scales fell

November 7th, 2018

At once something like scales fell from his eyes, and he regained his sight. — Acts 9:18

A few mornings ago I looked out the window to the garden and saw something really weird scattered over the patio. At first, it looked a little like confetti. Up close, it seemed more like press-on fingernails. I picked up a piece and it was as hard as plastic. It took me a few minutes before I knew, with resignation and sadness, what I was looking at.

In my last blog post I told you that the practice of Buddhism started when Shakyamuni realized that he would get old, get sick and die. It went sort of like this: “Here’s the baseline. You’re not going to like this. It’s going to be hard. Life’s a bitch.” That’s what we call the First Noble Truth: life is suffering.

The practice of Buddhism is to look into that suffering and see what’s there. Are we just a collection of bones, or as my teacher likes to say, a bag of shit, pus and blood?  Because if that’s all that’s sitting here, go on home and spend the rest of your life streaming Netflix. But Shakyamuni has his doubts. He wants to see for himself.

When he looks into his own nature, he arrives at the Second Noble Truth, which is that the source of suffering can be known. You can see that you suffer because things don’t go the way you want them to. Out of nowhere we get sick, and try as we might, we can’t undo the causal factors. No one can even tell you for sure what the causal factors are. We have an accident, and we can’t unwind it. Trouble comes, and we can’t get around it. Happiness shows up, then disappears. As long as we go through life saying, “This doesn’t work for me, I can’t handle this, I don’t want it, I don’t like it, and I’m not ready,” we’re in continuous discomfort, or dukkha.

And where is all of that happening? In the mind that picks and chooses, trying to plan, prevent, organize and prepare, as if you could avoid all the bad stuff and hold onto the good.

So by now you know that you suffer, and you can also see why. The next step is to stop doing that. The Third Noble Truth tells you that you don’t have to be a prisoner to your thoughts. You don’t have to live inside your head, spun about by “me, my, I” and all your likes and dislikes, desires, fears, how-comes, why-fors and the really big question: the what-comes-after.

Buddha laid out a path for liberating yourself from delusion. It’s called the Eightfold Path and the fact that it exists is called the Fourth Noble Truth. The path looks a lot like this: be where you are, as you are, take care of what appears in front of you, and don’t judge it. After all, you can’t avoid or escape it, and it will change.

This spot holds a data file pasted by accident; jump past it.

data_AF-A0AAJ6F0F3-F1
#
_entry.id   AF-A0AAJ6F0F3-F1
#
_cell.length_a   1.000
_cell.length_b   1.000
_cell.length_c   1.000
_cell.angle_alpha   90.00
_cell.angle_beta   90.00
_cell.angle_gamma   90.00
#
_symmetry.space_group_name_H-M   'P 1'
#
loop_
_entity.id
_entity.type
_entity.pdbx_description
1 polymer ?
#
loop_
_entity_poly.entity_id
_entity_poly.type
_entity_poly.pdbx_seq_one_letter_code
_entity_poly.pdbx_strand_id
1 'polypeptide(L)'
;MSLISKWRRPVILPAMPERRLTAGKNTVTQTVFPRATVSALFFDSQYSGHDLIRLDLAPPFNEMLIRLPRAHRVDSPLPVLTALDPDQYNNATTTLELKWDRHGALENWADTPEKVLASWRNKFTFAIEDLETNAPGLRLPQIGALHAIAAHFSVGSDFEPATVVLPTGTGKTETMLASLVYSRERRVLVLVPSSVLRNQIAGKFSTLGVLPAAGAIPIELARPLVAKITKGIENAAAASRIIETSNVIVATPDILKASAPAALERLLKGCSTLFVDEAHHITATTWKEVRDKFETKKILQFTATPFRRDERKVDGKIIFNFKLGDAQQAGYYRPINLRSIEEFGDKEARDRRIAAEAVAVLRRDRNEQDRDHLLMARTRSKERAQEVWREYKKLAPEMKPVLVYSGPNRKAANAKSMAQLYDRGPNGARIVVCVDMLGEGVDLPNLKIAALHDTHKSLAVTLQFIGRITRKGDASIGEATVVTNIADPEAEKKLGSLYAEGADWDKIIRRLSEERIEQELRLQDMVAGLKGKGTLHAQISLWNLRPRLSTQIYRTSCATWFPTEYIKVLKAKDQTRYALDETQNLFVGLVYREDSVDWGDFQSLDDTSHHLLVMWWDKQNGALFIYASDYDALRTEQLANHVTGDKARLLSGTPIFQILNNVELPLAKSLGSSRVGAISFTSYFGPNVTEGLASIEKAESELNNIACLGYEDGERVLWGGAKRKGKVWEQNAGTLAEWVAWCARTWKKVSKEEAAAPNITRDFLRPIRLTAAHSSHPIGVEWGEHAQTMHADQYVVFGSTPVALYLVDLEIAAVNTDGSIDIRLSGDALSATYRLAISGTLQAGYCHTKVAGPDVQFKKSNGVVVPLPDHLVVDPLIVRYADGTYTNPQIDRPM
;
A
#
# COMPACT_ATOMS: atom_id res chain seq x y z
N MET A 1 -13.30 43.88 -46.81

As for what comes after, we have to say we don’t know. Explore that space of not knowing. Live in that house, the house where there are no walls. No before and after; no beginning and no end. Where everything happens whether you’re ready or not, and face it with the courage of your ancestors who ascended the throne of enlightenment. That’s the truth of Buddhadharma, which is the truth of your life.

***

(It was what the owner of a particular koi pond, which is visited nightly by raccoons, might see as the end.)

Excerpted from a Dharma Talk, “The Truth of Your Life” which you can listen to via this link.

 

 

5 Comments »

  1. Oh, once again, my friend, you have given the right words at the right time. What I realize is that I can’t just hear or read these Noble Truths once and “get” the message. I seem to need the reminder again and again. And with each new iteration, the old wisdom lands with a fresh thump in my heart, as if for the first time. And so today I will enter into the house of not knowing, as I do every day. But with a lighter step, thanks to you.

    Comment by Katrina Kenison — November 8, 2018 @ 5:29 am

  2. I need this reminder too, almost daily.
    Thank you dear friend.

    Comment by Marcea — November 8, 2018 @ 6:27 am

  3. I have wanted to leave a comment for a long while now. Always there is something good and true I take with me after reading a piece of your work, whether here or between the pages of one of your books. Whatever life’s weather I have taken a pinch of courage, of humour, of understanding from you and I wish now to thankyou. Kiitos paljon from Finland. May your days be blessed.

    Comment by Nick Webb — November 8, 2018 @ 11:15 am

  4. Thank you! Indeed, you have blessed my days.

    Comment by Karen Maezen Miller — November 8, 2018 @ 11:29 am

  5. Thank you Maezen. This is so beautiful and so needed. The same day that I read this post, a client who is suffering said something that reminded me of your words and I stood up, walked to my phone, and told her I was sending her something that would help. She later thanked me for reminding her of a part of herself that she had forgotten and she sounded encouraged. Thank you for encouraging us all.

    Comment by Kirsten — November 9, 2018 @ 5:23 am

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